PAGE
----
Genetic variation in Irish Sea brown crab (Cancer pagurus L.):implications for local and regional management

Awduron Sefydliadau
Math Erthygl
Iaith wreiddiolSaesneg
Tudalennau (o-i)879-886
Nifer y tudalennau8
CyfnodolynJournal of the Marine Biological Association of the United Kingdom
Cyfrol99
Rhif y cyfnodolyn4
Dyddiad ar-lein cynnar04 Medi 2018
Dangosyddion eitem ddigidol (DOIs)
StatwsCyhoeddwyd - 01 Meh 2019
Gweld graff cysylltiadau
Fformatau enwi

Crynodeb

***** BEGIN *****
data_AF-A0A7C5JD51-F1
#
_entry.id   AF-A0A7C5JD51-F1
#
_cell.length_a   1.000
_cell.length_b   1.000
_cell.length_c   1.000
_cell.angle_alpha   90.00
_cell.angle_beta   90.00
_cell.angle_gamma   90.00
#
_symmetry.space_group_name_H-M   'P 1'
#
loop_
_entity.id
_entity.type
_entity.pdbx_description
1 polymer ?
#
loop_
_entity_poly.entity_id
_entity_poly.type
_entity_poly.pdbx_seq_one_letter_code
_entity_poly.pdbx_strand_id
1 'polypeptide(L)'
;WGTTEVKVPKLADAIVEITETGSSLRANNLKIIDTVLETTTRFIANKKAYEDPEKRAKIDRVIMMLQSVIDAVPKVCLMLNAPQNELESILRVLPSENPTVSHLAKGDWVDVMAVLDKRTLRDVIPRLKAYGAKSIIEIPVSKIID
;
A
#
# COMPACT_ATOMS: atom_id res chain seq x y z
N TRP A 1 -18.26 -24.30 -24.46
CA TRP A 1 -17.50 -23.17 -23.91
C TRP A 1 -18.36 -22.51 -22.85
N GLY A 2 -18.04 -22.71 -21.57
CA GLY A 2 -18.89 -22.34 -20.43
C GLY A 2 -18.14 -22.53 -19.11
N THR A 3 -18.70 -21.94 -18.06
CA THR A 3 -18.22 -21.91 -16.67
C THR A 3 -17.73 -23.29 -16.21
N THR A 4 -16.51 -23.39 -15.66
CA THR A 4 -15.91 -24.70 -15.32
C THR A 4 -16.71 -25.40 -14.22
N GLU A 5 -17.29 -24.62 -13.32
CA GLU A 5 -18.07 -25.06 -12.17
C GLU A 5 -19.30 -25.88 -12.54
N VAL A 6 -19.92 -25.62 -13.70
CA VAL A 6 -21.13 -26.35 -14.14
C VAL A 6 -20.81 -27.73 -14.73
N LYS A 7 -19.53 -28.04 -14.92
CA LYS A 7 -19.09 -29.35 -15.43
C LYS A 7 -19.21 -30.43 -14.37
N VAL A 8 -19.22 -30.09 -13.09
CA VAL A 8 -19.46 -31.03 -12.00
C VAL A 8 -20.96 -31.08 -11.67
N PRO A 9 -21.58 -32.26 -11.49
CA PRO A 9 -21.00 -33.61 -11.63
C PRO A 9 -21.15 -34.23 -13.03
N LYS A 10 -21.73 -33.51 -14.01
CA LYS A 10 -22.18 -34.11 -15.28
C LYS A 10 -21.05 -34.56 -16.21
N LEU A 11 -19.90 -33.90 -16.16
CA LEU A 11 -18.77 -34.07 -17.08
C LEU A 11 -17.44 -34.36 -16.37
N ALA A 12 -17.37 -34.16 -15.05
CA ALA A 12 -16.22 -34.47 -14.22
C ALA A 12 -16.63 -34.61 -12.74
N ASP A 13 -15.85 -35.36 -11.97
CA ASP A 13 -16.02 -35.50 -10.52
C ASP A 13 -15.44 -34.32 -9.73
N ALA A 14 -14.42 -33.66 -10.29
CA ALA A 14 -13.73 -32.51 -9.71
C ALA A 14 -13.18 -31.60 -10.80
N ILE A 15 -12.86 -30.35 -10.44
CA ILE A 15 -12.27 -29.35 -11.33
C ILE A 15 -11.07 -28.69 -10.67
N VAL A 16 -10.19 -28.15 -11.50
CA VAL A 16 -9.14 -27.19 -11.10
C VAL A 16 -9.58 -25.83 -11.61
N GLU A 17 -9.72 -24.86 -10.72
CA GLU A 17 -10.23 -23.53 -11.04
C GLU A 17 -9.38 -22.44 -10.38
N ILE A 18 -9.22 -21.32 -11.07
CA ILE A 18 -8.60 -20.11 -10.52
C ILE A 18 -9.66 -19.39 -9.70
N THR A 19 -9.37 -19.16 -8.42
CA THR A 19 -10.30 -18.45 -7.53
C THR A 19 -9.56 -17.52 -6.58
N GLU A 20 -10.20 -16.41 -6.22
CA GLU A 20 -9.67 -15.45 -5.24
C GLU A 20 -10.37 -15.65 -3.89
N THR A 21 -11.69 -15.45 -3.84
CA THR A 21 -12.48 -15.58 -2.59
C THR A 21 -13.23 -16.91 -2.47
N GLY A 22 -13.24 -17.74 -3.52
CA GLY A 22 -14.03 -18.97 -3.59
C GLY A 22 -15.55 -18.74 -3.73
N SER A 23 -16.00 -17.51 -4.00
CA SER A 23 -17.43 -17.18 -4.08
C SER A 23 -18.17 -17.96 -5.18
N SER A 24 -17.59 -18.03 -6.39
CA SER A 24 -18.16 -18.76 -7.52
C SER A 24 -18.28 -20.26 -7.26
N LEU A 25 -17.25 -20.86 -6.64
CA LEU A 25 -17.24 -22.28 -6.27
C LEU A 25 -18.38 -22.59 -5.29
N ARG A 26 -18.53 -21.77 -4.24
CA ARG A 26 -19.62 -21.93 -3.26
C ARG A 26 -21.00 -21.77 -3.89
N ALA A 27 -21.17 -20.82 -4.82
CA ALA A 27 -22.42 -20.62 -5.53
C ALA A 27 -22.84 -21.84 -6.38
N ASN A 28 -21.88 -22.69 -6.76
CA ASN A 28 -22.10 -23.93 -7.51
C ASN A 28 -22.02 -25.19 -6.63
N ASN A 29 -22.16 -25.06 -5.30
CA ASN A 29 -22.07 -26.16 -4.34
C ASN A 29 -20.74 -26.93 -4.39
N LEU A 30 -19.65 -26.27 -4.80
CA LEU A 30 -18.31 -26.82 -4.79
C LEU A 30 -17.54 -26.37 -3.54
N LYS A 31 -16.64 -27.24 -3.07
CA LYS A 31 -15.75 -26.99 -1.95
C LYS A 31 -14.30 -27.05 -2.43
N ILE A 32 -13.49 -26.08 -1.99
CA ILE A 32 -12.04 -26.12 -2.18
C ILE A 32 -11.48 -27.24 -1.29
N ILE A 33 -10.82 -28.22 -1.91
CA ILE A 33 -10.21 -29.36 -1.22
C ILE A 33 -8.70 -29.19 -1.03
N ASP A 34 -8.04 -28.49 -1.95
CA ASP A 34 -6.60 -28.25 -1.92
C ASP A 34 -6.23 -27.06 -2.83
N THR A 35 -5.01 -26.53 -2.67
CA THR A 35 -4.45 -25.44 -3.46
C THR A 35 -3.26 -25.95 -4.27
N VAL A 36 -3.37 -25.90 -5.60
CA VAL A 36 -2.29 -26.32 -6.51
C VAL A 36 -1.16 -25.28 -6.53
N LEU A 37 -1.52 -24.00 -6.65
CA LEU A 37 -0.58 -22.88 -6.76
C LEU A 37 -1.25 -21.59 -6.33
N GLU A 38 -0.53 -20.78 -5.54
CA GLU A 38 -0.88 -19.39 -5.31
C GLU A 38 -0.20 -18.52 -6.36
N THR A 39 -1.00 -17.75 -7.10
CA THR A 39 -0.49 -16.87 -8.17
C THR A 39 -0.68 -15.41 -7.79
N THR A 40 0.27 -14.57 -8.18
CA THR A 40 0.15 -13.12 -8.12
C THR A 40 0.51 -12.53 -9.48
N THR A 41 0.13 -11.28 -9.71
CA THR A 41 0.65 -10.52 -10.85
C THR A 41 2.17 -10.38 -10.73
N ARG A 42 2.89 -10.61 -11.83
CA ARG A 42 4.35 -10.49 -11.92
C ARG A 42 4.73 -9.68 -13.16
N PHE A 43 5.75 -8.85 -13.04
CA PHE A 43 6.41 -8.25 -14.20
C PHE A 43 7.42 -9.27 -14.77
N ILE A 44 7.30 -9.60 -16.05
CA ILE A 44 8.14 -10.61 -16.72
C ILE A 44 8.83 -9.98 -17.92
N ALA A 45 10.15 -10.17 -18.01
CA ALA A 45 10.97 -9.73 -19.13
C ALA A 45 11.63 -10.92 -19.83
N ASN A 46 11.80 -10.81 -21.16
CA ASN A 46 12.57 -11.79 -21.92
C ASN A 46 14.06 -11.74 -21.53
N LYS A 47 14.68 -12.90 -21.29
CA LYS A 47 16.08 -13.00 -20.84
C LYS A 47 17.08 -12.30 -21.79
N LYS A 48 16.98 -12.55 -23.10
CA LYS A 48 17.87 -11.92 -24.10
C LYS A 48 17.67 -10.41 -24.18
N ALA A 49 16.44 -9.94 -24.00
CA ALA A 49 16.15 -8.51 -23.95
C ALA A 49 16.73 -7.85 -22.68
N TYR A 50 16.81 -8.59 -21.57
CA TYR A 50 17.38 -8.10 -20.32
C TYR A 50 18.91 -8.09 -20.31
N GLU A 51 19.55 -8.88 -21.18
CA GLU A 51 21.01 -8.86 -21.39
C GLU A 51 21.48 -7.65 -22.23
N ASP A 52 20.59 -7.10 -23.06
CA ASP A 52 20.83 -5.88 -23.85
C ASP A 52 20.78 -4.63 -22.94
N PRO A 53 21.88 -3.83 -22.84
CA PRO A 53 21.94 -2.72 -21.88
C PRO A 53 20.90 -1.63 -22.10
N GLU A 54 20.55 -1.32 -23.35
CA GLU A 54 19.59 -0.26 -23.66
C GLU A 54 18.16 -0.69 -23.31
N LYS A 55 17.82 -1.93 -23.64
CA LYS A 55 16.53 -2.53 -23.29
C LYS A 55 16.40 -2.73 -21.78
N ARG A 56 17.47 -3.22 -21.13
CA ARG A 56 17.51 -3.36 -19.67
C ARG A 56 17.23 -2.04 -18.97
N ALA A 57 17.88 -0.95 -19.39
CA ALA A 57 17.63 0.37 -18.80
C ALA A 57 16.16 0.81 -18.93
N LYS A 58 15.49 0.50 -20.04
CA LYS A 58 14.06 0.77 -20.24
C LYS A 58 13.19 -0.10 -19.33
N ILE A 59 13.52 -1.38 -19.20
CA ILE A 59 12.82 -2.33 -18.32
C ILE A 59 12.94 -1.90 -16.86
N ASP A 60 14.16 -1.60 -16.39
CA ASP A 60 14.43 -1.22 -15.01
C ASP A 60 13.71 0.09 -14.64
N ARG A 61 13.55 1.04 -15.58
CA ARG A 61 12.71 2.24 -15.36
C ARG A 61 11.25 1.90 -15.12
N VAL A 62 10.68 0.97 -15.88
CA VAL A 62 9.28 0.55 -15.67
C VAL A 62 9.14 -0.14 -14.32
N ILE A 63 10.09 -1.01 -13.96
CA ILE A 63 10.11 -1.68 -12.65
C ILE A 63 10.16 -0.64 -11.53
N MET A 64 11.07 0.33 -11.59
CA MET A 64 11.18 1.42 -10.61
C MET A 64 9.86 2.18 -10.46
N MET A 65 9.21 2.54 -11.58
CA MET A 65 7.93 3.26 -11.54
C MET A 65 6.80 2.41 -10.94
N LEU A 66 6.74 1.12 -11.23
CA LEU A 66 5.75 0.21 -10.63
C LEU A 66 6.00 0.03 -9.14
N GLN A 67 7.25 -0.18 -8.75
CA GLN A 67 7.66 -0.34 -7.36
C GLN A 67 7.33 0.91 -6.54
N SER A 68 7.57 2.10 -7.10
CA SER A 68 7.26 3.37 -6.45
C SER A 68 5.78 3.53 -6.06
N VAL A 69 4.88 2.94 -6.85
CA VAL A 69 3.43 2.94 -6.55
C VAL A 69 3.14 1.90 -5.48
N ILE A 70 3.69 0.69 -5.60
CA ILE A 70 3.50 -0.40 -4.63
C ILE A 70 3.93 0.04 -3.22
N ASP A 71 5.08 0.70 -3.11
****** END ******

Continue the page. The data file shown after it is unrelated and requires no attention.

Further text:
Understanding demographic processes over multiple spatial scales is vital for the optimization of conservation/management strategies, particularly for commercially harvested taxa such as the brown crab (Cancer pagurus L). Brown crab population genetic structure was investigated at (i) a local scale within the Irish Sea, which included comparisons with the Lundy No Take Zone (NTZ) and (ii) across the NE Atlantic. The results indicate that the brown crab does not exhibit strong spatial structure either within the Irish Sea or at the regional level, suggesting high gene flow within and among the Irish Sea, English Channel and North Sea. Comparisons between the Lundy NTZ and harvested areas revealed similarly high levels of genetic diversity. An intriguing result was that the Lundy NTZ sample exhibited a degree of genetic patchiness (ephemeral geographically unpatterned differentiation) which may indicate elevated recruitment skews within the NTZ. Overall, the results support the view that brown crabs within the sampled area belong to a single genetically panmictic stock and that if breeding stock sizes are maintained genetic drift will not be strong enough to reduce neutral genetic diversity. The highly connected nature of this species requires international cooperation for sustainable management, an important component of which will be the application of more powerful population genomic approaches to assess finer scale aspects of stock structure as well drivers of genetic patchiness reported for the species. This is a timely consideration in light of potential future misalignments between biological and geopolitical stock boundaries in the Irish Sea following Brexit.

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